Parish Officer.
  Lady Worret.
  Helen Worret.


SCENE I.--_Abel Grouse's cottage. Enter_ Abel Grouse _and_ Fanny.

_Ab. Gr._ Don't tell me of your sorrow and repentance girl. You've
broke my heart. Married hey? and privately too--and to a lord into the
bargain! So, when you can hide it no longer, you condescend to tell me.
Think you that the wealth and title of lord Austencourt can silence the
fears of a fond father's heart? Why should a lord marry a poor girl like
you in private, if his intentions were honourable? Who should restrain
him from publicly avowing his wife?

_Fanny._ My dearest father, have but a little patience, and I'll explain

_Ab. Gr._ Who was present, besides the parson, at your wedding?

_Fanny._ There was our neighbour, the attorney, sir, and one of his
clerks, and they were all--

_Ab. Gr._ My heart sinks within me--but mark me. You may remember I was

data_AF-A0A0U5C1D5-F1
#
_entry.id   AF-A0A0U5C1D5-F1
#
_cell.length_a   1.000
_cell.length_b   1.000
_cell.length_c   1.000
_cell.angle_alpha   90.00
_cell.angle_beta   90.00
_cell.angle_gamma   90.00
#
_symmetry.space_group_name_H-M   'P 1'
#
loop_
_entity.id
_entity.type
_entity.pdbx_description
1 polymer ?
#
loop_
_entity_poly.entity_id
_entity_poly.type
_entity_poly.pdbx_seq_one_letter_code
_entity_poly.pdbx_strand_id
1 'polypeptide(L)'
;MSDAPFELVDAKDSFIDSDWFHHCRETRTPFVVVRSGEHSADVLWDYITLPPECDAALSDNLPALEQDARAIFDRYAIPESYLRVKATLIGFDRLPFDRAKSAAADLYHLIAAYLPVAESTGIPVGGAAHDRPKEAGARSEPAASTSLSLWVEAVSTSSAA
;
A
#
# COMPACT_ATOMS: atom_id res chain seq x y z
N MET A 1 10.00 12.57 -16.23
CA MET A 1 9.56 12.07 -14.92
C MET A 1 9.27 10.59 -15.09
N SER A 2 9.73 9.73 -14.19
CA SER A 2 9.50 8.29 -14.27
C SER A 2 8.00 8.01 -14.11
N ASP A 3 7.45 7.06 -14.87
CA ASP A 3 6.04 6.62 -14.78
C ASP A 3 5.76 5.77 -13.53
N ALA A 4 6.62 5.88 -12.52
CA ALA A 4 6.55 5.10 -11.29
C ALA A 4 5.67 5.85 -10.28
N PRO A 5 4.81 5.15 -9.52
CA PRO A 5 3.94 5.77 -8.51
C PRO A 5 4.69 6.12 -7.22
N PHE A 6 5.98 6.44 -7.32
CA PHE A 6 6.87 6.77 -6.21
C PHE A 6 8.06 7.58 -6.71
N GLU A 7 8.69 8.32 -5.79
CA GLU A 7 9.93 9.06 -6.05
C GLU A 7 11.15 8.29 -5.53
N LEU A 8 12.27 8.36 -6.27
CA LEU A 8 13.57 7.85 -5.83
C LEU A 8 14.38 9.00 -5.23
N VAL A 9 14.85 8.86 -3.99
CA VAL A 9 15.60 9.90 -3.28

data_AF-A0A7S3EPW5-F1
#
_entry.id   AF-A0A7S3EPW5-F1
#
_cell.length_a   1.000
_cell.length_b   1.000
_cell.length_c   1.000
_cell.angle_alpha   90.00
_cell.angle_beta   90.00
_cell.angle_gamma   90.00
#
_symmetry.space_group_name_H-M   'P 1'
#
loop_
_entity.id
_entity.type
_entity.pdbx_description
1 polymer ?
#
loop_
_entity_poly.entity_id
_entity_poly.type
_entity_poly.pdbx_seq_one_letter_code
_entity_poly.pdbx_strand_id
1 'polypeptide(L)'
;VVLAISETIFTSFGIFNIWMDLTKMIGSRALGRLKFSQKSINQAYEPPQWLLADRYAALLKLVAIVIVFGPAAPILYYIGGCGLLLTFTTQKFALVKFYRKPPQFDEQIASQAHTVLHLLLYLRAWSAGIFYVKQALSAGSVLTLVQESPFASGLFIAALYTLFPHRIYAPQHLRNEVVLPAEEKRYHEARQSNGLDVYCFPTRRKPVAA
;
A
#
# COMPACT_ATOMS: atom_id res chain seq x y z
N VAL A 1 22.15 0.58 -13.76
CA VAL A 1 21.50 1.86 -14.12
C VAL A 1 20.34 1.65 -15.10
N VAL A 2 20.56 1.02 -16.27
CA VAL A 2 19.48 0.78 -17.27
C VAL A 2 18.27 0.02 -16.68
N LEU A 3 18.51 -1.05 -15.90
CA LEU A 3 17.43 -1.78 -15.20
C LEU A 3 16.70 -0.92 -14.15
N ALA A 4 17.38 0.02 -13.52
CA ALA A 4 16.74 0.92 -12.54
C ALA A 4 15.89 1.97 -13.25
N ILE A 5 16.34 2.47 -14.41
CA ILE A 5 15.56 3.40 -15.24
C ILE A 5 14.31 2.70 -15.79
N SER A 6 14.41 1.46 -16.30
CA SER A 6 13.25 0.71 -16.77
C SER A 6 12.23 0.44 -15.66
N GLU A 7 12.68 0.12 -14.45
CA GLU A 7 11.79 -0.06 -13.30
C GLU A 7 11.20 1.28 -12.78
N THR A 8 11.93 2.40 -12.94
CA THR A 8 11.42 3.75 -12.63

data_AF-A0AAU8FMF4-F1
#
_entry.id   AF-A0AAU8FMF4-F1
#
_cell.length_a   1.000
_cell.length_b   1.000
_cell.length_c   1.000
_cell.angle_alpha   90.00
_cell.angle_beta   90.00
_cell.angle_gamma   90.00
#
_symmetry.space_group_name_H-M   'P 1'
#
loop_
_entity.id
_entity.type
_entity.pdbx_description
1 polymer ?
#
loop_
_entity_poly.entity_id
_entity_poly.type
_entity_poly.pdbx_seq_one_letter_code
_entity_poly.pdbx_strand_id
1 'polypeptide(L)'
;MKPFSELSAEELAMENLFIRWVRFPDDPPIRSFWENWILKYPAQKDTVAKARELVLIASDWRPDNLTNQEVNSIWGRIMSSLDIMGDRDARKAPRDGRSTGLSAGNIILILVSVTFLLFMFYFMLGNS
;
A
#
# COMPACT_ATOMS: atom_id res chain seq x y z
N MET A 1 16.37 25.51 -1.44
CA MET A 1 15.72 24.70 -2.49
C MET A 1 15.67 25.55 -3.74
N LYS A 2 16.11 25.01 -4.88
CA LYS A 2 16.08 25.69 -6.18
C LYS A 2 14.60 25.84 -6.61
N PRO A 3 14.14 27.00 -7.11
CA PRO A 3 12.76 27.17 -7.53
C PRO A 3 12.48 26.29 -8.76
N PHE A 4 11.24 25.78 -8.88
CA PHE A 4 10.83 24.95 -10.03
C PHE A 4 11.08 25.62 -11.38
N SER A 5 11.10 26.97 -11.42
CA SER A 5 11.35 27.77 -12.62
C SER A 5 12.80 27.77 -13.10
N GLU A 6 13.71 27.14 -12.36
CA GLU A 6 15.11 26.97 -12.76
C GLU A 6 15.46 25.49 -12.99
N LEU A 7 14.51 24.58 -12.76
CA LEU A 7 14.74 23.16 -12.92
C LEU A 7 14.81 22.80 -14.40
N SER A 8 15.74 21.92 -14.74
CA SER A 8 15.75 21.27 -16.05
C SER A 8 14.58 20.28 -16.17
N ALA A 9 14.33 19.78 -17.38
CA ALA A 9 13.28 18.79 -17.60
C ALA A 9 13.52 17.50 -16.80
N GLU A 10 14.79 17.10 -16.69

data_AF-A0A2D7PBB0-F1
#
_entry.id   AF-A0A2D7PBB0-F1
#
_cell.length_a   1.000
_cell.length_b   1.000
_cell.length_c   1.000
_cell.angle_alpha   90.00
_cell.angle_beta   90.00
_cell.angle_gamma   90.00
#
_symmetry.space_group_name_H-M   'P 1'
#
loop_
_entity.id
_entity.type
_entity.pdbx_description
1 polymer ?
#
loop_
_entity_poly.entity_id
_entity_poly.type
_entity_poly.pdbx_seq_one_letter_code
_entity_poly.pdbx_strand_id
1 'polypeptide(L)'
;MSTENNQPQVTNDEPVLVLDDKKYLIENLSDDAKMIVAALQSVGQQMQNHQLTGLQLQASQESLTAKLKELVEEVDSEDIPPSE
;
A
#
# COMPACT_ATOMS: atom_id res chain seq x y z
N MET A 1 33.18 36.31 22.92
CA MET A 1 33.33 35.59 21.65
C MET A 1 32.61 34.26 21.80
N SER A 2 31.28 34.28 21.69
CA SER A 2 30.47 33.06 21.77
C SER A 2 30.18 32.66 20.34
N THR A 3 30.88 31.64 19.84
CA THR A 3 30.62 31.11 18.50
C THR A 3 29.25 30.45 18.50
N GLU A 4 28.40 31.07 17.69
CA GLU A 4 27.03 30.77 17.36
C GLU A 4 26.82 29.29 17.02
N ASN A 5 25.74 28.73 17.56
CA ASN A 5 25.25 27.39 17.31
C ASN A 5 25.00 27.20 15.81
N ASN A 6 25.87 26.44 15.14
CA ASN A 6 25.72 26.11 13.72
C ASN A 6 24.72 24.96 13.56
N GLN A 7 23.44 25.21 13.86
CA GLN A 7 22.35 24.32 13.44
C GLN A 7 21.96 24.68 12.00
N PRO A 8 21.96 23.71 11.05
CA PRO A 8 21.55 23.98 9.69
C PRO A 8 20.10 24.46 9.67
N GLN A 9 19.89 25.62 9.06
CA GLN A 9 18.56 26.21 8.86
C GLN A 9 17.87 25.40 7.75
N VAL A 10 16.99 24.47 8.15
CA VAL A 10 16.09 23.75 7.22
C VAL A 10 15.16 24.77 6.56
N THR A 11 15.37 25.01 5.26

not always what now I seem to be. I yesterday received intelligence
which, but for this discovery, had shed a gleam of joy over my remaining
days. As it is, should your husband prove the villain I suspect him,
that intelligence will afford me an opportunity to resume a character in
life which shall make this monster lord tremble. The wrongs of Abel
Grouse, the poor but upright man, might have been pleaded in vain to
him, but as I shall soon appear, it shall go hard but I will make the
great man shrink before me, even in his plenitude of pride and power.

_Fanny._ You terrify me, sir, indeed you do.

_Ab. Gr._ And so I would. I would prepare you for the worst that may
befal us: for should this man, this lord, who calls himself your

_Fanny._ Dearest father, what can you mean? Who _calls_ himself my
husband! He _is_ my husband.

_Ab. Gr._ If he _is_ your husband, how does he dare to pay his
addresses, as he now publicly does, to the daughter of sir Willoughby